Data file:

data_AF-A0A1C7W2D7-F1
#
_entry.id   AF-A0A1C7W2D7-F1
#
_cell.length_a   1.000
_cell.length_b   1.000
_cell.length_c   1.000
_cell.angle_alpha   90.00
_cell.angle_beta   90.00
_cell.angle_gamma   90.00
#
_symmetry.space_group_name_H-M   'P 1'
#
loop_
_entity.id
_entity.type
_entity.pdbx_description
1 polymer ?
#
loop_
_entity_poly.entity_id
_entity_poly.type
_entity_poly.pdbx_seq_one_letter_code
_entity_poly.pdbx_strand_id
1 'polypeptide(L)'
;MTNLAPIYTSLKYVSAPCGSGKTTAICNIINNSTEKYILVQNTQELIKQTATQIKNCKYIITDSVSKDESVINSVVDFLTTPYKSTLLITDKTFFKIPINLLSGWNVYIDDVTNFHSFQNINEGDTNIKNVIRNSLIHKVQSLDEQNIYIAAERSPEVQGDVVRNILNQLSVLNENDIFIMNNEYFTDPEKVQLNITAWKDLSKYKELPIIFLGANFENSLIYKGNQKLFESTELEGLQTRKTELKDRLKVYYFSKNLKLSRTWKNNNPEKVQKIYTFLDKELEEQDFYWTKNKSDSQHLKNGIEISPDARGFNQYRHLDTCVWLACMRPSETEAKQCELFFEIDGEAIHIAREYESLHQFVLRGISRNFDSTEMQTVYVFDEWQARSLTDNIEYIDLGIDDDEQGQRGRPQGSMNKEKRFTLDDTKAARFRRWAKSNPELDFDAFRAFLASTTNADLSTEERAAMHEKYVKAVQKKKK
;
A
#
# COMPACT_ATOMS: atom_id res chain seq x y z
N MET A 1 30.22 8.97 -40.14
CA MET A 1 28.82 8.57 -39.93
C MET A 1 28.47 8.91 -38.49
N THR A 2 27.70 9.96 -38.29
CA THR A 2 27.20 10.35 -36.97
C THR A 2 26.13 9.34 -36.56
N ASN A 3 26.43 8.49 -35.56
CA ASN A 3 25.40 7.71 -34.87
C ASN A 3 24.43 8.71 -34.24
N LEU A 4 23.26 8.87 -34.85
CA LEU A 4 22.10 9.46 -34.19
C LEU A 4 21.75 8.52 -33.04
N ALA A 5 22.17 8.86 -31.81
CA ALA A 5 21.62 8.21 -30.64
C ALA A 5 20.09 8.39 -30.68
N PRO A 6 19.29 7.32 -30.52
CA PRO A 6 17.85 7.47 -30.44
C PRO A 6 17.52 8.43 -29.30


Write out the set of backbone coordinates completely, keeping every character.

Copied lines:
data_AF-A0A1C7W2D7-F1
#
_entry.id   AF-A0A1C7W2D7-F1
#
_cell.length_a   1.000
_cell.length_b   1.000
_cell.length_c   1.000
_cell.angle_alpha   90.00
_cell.angle_beta   90.00
_cell.angle_gamma   90.00
#
_symmetry.space_group_name_H-M   'P 1'
#
loop_
_entity.id
_entity.type
_entity.pdbx_description
1 polymer ?
#
loop_
_entity_poly.entity_id
_entity_poly.type
_entity_poly.pdbx_seq_one_letter_code
_entity_poly.pdbx_strand_id
1 'polypeptide(L)'
;MTNLAPIYTSLKYVSAPCGSGKTTAICNIINNSTEKYILVQNTQELIKQTATQIKNCKYIITDSVSKDESVINSVVDFLTTPYKSTLLITDKTFFKIPINLLSGWNVYIDDVTNFHSFQNINEGDTNIKNVIRNSLIHKVQSLDEQNIYIAAERSPEVQGDVVRNILNQLSVLNENDIFIMNNEYFTDPEKVQLNITAWKDLSKYKELPIIFLGANFENSLIYKGNQKLFESTELEGLQTRKTELKDRLKVYYFSKNLKLSRTWKNNNPEKVQKIYTFLDKELEEQDFYWTKNKSDSQHLKNGIEISPDARGFNQYRHLDTCVWLACMRPSETEAKQCELFFEIDGEAIHIAREYESLHQFVLRGISRNFDSTEMQTVYVFDEWQARSLTDNIEYIDLGIDDDEQGQRGRPQGSMNKEKRFTLDDTKAARFRRWAKSNPELDFDAFRAFLASTTNADLSTEERAAMHEKYVKAVQKKKK
;
A
#
# COMPACT_ATOMS: atom_id res chain seq x y z
N MET A 1 30.22 8.97 -40.14
CA MET A 1 28.82 8.57 -39.93
C MET A 1 28.47 8.91 -38.49
N THR A 2 27.70 9.96 -38.29
CA THR A 2 27.20 10.35 -36.97
C THR A 2 26.13 9.34 -36.56
N ASN A 3 26.43 8.49 -35.56
CA ASN A 3 25.40 7.71 -34.87
C ASN A 3 24.43 8.71 -34.24
N LEU A 4 23.26 8.87 -34.85
CA LEU A 4 22.10 9.46 -34.19
C LEU A 4 21.75 8.52 -33.04
N ALA A 5 22.17 8.86 -31.81
CA ALA A 5 21.62 8.21 -30.64
C ALA A 5 20.09 8.39 -30.68
N PRO A 6 19.29 7.32 -30.52
CA PRO A 6 17.85 7.47 -30.44
C PRO A 6 17.52 8.43 -29.30